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A Matter of Gravity

Posted on 03 Sep 2016 @ 7:02am by Ensign Quinn Mackie

Mission: Click Three Times
Location: Deck Five
Timeline: MD7 || 1030 hours

Quinn wondered why he volunteered for this task. Most of Deck Five, except for sections one trough six, had lost all gravity. Air flow and the other life support systems were functional, but the gravity generators had gone out shortly after the shift had started. No one heard an explosion, which meant that something had failed. Or, multiple somethings happened.

With only just over three hundred active personnel, Quinn would think there would be an abundance of hands for things like this. But as primary systems were still out, and every hand needed on them, no one really could take care of non-critical areas.

The cadet, however, wanted out of Engineering for a while. It was too crowded, and there too many ensigns pulling for rank. "Go to the one place no one wants to be..." he muttered, floating along the corridor. "Great idea, Quinn."

He was rather familiar with the power systems on this level. After all, he'd spent the better part of the week configuring them a while back. The gravity control circuits were controlled by bio-neural gelpacks and supposed to be foolproof as they had their own power. So far, the three he'd seen had burned out. He did check the last working one and found it about to overload. Quinn willingly shut it down to keep it from doing so, temporarily suspending all gravity on the deck.

He was about to hit the next section when he encountered orbs of floating water. "Oh no," he whispered. The pool, under normal circumstances, was protected by a low-level forcefield to contain the water whenever the ship was in a dangerous situation. One would think that it would have its own power source, but a generator for a forcefield that size to be that close to water was not a good idea under any circumstance.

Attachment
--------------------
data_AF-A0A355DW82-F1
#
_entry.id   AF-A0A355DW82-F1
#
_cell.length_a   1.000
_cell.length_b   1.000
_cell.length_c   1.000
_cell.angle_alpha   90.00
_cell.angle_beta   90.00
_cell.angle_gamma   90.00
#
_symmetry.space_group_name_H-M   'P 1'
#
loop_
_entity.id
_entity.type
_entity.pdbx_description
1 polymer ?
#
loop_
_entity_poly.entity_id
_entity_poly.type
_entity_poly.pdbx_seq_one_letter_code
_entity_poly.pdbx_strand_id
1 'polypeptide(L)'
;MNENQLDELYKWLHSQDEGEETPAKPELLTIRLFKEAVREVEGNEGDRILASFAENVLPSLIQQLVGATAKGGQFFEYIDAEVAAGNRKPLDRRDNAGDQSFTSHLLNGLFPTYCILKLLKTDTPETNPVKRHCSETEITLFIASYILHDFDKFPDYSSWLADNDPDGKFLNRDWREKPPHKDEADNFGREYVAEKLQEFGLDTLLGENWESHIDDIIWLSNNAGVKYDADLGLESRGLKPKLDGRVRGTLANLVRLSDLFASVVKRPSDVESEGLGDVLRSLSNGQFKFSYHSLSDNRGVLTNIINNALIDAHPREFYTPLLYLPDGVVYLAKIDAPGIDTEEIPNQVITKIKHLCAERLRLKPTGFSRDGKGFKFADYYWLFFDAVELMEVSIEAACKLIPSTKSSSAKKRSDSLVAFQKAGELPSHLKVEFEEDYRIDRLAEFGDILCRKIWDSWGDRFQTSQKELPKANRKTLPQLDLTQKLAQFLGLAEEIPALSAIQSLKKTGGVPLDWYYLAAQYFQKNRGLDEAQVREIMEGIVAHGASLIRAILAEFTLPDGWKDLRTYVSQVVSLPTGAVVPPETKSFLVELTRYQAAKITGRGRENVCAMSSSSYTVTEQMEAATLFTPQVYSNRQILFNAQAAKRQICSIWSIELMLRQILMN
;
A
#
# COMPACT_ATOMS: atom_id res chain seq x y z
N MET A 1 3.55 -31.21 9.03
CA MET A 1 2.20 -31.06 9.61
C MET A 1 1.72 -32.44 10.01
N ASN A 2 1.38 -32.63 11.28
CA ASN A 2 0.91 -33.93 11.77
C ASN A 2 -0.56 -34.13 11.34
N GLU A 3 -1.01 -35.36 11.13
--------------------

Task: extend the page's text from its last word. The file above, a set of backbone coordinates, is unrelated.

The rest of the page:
Still, that danger could have kept these orbs from floating in the corridor. The swimming pool couldn't fill an entire section, maybe half of it. And, hopefully it wasn't concentrated above the gravity control circuits for sections twenty-five through thirty.

Quinn soon saw that it wasn't, but there was enough water to make him nervous, including a meter-sized orb over his head. Still, no gravity meant that it wouldn't fall on him. Quinn removed the wall cover to examine the bioneural gelpack, only to be greeted by floating ash.

The cadet closed his eyes, saddened by the reminder of how close they all came to losing their lives. At least he now knew why this all started. Sensors would have detected the abnormality immediately. Without sensors, it would have only been a matter of time before the gravity failed.

After making a mental note to send teams to examine every gel pack, Quinn pulled out a spare pack from the backpack he wore. The remains of the gelpack, at least its frame, came out easy. Using a piece of his sleeve, Quinn brushed away the extra dust and installed the new pack.

He pushed the expired gelpack casing down the corridor. Shielding himself with the hatch, Quinn reached over with a free hand to reactivate the unit. Instantly, he felt the floor under his butt. A split second later, the hatch cover bounced off his head as the giant orb transformed into a sheet of water. Quinn managed to keep the hatch upright and protect his head and the unit.

Glancing to his left, he saw that the rest of the water had fallen into the corridor, creating multiple puddles on the carpet. "Well," he remarked, setting the hatch down and resting against the bulkhead. "That wasn't too hard, now was it?" If nothing else, Deck Five once again had gravity.


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